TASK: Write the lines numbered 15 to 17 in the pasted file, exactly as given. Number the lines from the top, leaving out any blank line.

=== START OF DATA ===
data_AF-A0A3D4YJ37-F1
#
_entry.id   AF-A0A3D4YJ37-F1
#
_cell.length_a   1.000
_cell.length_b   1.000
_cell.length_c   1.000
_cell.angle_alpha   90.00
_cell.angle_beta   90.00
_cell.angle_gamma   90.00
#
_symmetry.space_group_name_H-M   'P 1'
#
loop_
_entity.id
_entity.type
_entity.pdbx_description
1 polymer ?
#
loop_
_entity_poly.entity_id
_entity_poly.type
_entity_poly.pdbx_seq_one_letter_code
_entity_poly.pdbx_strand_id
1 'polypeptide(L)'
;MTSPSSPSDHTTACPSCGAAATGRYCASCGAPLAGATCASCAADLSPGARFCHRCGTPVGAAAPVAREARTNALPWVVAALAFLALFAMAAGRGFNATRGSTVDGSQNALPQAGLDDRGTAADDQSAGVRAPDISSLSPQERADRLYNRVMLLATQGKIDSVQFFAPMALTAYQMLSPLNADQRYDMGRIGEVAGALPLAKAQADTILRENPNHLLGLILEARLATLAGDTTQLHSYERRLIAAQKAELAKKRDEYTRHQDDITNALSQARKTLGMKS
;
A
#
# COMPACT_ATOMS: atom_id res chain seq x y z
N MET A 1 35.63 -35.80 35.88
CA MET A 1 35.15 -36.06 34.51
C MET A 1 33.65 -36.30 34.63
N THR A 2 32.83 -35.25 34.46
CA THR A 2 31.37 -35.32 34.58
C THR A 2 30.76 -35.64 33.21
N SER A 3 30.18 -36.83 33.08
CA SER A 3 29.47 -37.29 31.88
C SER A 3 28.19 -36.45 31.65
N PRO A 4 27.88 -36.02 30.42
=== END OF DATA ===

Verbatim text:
_entity.id
_entity.type
_entity.pdbx_description